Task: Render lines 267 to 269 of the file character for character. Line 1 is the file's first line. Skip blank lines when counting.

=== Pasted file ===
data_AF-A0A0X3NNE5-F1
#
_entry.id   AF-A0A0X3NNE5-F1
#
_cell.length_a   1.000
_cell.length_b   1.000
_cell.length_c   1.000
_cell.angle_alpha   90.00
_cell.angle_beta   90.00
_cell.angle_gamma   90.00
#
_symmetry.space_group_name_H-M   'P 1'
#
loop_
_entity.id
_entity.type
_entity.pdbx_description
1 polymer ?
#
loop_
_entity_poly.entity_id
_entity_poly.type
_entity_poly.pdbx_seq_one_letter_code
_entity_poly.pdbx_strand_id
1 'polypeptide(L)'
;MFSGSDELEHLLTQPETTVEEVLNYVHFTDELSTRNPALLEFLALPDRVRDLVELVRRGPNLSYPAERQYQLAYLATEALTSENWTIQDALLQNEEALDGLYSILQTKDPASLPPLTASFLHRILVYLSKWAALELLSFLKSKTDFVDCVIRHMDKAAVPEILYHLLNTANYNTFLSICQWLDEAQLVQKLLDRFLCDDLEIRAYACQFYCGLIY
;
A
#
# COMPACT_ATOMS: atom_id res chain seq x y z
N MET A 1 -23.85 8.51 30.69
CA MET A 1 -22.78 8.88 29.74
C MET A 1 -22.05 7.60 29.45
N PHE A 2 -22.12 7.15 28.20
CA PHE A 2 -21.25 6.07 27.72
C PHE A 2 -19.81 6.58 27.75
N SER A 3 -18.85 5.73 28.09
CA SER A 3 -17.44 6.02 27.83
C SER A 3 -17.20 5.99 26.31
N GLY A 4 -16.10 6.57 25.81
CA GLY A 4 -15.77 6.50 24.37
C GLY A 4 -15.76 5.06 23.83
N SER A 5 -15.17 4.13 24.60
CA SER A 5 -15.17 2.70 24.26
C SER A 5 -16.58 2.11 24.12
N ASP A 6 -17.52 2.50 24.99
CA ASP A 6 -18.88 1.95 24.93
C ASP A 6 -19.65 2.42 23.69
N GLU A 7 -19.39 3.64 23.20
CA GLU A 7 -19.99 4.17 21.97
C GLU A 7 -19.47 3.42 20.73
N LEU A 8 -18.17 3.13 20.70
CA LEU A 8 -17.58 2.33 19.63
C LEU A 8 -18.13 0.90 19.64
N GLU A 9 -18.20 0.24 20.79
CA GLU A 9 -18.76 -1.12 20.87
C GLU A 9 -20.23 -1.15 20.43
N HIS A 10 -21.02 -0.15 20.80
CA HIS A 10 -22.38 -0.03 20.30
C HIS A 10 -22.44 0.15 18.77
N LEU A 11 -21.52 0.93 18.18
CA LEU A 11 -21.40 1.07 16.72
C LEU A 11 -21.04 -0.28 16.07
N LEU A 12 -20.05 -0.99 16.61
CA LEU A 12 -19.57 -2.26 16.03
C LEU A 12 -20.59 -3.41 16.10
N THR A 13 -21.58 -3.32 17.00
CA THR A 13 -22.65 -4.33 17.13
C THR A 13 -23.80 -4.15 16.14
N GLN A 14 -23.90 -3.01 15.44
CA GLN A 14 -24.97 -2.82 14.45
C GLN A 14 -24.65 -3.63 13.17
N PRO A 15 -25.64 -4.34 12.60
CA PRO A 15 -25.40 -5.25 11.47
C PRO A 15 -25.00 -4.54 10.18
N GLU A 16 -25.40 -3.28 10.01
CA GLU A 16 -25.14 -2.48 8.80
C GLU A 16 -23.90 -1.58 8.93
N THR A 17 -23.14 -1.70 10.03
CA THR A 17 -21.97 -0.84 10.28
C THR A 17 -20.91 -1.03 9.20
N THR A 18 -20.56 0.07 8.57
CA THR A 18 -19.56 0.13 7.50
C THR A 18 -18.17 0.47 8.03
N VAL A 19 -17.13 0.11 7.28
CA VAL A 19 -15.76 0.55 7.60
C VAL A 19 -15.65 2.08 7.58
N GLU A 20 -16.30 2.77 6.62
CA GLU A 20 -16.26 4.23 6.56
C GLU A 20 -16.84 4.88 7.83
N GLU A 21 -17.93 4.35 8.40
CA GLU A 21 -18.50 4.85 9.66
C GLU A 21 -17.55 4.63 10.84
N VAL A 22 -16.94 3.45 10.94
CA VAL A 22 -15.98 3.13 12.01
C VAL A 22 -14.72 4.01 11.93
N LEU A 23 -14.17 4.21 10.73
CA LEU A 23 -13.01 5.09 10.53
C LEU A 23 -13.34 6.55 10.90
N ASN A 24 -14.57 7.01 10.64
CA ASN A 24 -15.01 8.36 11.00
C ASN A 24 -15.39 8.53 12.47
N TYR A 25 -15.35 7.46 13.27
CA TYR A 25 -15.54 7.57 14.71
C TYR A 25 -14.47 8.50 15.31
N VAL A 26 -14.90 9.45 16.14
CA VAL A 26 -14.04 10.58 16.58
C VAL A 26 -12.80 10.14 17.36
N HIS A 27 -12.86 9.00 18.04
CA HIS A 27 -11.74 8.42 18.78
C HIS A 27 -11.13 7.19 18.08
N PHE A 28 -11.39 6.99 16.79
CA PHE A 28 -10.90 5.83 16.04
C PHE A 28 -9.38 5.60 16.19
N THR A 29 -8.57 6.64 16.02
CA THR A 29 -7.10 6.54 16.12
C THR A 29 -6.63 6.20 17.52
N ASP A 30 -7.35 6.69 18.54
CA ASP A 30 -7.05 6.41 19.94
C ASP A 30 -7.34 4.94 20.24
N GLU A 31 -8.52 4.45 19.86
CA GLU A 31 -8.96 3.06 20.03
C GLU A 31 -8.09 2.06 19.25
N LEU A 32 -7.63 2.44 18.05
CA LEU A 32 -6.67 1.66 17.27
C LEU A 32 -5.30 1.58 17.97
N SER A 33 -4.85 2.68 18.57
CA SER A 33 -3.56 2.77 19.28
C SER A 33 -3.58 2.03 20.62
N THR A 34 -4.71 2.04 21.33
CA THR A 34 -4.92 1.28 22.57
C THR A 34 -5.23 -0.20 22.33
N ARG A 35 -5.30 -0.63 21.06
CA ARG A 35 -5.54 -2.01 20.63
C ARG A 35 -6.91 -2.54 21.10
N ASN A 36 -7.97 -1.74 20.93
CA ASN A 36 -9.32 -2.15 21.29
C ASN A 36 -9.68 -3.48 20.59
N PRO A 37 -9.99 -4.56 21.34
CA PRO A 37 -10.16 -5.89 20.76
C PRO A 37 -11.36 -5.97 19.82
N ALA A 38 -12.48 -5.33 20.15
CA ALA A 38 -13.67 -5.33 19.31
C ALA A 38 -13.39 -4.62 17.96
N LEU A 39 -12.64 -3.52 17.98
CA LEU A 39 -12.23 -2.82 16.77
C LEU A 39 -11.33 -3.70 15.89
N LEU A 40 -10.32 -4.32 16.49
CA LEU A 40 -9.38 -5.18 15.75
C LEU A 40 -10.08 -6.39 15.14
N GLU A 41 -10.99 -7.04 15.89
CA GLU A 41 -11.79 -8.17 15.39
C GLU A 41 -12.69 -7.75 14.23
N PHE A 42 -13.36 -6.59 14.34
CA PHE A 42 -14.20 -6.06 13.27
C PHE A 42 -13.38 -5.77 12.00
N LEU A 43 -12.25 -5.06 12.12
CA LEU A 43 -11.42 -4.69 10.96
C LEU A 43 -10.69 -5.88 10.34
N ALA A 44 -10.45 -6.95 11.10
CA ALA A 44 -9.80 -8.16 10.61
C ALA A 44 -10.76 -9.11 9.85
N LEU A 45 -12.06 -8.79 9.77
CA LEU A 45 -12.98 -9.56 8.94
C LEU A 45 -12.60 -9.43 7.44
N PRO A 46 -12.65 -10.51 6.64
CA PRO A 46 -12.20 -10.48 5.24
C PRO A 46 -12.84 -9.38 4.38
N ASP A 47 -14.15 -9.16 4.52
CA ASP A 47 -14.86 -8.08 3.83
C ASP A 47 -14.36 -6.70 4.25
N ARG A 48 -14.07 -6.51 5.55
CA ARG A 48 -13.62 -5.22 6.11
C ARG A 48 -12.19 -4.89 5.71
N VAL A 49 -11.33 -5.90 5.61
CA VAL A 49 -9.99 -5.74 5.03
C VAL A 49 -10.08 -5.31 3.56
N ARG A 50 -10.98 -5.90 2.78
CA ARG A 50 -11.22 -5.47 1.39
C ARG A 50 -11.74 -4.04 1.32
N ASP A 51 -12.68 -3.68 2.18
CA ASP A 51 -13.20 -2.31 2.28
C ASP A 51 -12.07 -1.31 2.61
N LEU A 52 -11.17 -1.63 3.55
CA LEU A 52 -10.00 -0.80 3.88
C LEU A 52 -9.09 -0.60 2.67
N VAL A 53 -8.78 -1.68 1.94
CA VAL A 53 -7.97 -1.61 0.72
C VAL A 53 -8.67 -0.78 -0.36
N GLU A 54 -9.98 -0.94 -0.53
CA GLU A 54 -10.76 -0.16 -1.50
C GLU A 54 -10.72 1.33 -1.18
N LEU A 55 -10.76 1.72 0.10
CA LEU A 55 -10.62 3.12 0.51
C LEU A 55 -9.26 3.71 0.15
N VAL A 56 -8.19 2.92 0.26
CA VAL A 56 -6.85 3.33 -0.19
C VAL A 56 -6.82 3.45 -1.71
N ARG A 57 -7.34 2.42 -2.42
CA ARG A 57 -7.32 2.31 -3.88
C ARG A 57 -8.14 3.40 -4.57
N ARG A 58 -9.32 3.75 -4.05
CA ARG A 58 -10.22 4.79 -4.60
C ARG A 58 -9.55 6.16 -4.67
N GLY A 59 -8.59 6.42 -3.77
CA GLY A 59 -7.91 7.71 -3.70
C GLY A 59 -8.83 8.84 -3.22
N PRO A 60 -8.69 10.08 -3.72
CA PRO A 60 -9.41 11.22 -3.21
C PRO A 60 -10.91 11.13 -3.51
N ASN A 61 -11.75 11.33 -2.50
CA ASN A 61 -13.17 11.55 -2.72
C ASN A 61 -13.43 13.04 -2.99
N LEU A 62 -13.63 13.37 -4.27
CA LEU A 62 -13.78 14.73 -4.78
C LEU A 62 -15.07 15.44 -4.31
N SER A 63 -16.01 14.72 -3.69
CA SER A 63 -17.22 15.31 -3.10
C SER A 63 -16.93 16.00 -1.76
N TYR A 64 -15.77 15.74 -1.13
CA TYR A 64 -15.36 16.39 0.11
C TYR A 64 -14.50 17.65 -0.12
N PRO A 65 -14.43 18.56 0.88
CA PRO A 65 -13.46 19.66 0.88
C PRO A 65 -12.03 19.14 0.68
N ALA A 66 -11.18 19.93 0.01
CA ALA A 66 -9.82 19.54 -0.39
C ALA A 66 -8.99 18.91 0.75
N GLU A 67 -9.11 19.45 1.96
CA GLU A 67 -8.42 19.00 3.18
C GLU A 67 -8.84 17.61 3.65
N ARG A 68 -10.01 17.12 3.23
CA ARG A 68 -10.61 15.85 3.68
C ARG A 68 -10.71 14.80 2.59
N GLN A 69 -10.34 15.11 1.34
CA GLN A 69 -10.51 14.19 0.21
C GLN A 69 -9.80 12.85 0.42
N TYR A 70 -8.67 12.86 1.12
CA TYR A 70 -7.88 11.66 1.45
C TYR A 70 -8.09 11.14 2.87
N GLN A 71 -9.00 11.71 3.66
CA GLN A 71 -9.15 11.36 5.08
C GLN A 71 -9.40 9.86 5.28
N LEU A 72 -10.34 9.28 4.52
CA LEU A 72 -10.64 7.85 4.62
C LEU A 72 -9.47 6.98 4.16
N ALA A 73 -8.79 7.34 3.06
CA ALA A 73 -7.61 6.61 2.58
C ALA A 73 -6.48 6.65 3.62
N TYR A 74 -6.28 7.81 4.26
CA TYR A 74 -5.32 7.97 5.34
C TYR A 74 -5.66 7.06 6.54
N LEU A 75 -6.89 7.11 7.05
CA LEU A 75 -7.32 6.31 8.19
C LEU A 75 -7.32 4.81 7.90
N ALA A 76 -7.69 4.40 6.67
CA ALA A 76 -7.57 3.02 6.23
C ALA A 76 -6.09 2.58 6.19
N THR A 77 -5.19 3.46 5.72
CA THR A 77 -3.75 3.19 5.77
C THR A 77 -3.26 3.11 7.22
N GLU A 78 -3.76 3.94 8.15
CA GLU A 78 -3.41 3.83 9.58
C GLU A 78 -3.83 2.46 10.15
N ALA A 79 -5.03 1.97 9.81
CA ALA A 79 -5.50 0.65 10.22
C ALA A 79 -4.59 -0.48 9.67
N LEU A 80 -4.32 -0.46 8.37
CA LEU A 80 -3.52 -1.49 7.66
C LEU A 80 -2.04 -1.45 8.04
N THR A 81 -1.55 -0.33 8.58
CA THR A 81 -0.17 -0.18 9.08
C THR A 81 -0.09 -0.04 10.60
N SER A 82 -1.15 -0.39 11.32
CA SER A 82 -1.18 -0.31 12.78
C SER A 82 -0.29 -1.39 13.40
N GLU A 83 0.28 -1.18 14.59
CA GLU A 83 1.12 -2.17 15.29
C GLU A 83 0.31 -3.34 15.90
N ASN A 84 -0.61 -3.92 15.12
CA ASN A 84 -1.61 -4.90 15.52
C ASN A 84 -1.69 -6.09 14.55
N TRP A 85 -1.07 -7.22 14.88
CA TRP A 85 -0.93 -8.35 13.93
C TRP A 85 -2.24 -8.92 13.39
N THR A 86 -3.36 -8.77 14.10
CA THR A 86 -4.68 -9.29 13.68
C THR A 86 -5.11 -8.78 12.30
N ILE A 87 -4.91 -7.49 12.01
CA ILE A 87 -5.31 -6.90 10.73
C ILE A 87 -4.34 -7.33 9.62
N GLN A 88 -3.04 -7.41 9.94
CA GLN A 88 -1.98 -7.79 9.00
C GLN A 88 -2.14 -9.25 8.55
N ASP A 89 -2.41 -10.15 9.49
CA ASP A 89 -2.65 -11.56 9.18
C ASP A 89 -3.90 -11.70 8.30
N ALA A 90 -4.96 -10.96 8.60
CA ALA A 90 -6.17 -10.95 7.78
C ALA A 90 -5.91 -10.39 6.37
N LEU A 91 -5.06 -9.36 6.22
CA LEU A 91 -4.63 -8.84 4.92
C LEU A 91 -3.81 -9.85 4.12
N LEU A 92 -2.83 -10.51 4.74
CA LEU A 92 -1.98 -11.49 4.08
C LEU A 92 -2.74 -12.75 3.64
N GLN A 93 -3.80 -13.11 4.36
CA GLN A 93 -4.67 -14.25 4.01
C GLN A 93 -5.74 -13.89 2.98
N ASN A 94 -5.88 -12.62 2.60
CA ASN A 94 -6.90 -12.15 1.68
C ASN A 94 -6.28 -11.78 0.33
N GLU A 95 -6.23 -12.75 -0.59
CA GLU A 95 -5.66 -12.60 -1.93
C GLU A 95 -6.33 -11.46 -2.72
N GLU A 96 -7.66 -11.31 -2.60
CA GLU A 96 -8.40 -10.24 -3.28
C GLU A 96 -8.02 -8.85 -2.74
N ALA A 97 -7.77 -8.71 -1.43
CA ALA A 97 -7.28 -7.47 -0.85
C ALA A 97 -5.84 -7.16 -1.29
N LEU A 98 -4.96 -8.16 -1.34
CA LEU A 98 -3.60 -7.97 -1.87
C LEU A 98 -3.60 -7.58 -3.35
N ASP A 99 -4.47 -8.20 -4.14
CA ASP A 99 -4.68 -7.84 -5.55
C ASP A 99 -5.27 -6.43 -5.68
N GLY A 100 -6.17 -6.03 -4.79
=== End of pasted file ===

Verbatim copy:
C ALA A 79 -4.59 -0.48 9.67
N LEU A 80 -4.32 -0.46 8.37
CA LEU A 80 -3.52 -1.49 7.66